Down here on Captiva Island attending (and blogging) MediaPost’s Social Media Insider Summit, and I’m thinking social media could well be renamed “real-time media,” because,
well, it is. And by that, I don’t just mean things like the Facebook Exchange, where agencies and brands can use programmatic trading to buy audience reach on the social network, though they can
obviously do that too. I’m talking about the way social media is changing the way we communicate, share things -- whether it is brand-related or other things -- all in real-time. There was no
better example of this than a conversation I had with Guy Yalif, the head of global product marketing at Twitter, moments before he took the stage. We were riffing about the way people are using the
meta data from Twitter to track all sorts of natural -- and even some unnatural -- occurrences. Including natural disasters. That might have been on my mind, because I’m in sunny Florida today,
but was shoveling a yard of snow yesterday in Connecticut. So I asked Yalif what he thought of the fact that people could track things like the earthquake that hit the Northeast corridor last year by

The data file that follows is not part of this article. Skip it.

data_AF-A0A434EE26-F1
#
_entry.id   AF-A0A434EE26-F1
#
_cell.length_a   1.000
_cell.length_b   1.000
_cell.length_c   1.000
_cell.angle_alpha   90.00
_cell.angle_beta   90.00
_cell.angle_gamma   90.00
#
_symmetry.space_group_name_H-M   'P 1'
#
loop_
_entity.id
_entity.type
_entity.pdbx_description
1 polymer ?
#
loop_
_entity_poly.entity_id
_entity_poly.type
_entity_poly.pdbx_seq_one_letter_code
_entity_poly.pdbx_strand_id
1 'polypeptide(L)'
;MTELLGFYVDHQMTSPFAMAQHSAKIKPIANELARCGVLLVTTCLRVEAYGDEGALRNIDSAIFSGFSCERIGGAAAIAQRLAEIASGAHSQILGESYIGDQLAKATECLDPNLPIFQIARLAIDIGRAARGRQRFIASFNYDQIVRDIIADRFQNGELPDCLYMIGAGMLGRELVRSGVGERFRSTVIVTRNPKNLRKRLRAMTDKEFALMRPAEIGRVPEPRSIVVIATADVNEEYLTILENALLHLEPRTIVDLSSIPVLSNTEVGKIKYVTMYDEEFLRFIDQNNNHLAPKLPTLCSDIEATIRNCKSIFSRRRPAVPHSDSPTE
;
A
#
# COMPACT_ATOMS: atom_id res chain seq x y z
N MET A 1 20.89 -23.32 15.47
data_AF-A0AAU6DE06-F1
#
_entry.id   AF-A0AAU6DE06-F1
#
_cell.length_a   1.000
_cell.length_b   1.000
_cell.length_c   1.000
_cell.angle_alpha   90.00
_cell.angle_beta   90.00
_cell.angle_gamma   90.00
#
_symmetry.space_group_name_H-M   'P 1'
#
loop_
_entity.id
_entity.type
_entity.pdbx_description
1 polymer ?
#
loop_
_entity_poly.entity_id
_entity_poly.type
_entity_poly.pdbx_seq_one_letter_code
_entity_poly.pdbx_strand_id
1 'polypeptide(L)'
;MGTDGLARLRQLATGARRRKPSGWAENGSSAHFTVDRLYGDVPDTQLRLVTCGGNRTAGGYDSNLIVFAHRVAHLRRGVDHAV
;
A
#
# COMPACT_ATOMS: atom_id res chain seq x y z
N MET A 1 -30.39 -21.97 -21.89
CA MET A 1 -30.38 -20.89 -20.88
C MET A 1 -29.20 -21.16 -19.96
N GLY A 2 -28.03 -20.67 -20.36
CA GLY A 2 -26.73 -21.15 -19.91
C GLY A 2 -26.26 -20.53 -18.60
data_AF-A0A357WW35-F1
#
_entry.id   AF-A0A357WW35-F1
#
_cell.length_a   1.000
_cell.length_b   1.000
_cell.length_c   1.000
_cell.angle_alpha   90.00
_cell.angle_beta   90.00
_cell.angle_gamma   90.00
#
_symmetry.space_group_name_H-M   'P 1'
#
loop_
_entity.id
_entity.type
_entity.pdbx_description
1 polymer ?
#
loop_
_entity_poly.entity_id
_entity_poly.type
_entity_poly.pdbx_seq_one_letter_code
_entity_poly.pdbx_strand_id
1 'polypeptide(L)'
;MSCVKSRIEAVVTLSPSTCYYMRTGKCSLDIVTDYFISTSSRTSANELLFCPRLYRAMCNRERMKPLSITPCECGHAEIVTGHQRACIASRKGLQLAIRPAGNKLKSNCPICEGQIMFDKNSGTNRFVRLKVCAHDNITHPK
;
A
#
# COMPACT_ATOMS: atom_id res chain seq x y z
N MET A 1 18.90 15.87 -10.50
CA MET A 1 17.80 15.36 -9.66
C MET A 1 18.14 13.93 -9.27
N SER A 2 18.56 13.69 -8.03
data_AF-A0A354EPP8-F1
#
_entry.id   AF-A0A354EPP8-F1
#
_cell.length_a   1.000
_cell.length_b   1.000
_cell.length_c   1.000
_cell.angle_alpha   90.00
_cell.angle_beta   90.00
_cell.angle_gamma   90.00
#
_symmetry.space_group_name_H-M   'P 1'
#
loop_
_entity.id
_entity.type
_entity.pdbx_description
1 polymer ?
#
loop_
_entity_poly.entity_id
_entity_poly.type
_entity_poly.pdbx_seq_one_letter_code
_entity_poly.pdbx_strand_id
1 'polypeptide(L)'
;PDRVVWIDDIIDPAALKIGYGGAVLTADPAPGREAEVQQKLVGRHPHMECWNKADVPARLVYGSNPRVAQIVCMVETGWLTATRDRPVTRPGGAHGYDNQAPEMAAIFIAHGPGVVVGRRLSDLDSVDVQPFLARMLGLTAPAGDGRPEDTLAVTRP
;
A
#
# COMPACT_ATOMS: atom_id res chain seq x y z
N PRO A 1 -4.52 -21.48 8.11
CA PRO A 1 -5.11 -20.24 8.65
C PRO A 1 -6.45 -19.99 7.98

following people tweeting it in real-time. His answer was that one of the Twitter feeds he receives is from an early earthquake seismology center near his home in San Francisco.
Moments after that conversation, while scanning other publishers for relevant news items to link to in RTM Daily, I came across one published by Marketing Profs
, which discussed how public health researchers are
now monitoring flu patterns -- in real-time -- by analyzing Twitter data.
During his presentation, I asked Yalif if Twitter was developing any platforms to help brands
utilize any of these kinds of data to help them target consumers and he said that while Twitter loves it when “third-parties” do that, they have no immediate plans to get into the
real-time analytics business. That’s a shame, because there’s gold in them thar tweets.
Great article, Joe. I've often wondered why Twitter hasn't tried to develop a more robust real-time monitoring platform and then monetize it. Think of all of the use cases, but more specifically to Twitter's revenue model, think of all the advertising and revenue opportunities it could generate.
More broadly, if organizations are already using this on a large scale to monitoring real-time situations and develop response to public health issues, it seems prudent to me that Twitter should explore whether there is a business use and revenue model for such detailed real-time search and data mining. As you say, there is significant value in them thar tweets.
“Real-time media"? Nailed it! Because what's social about topical news and celebrity tweets?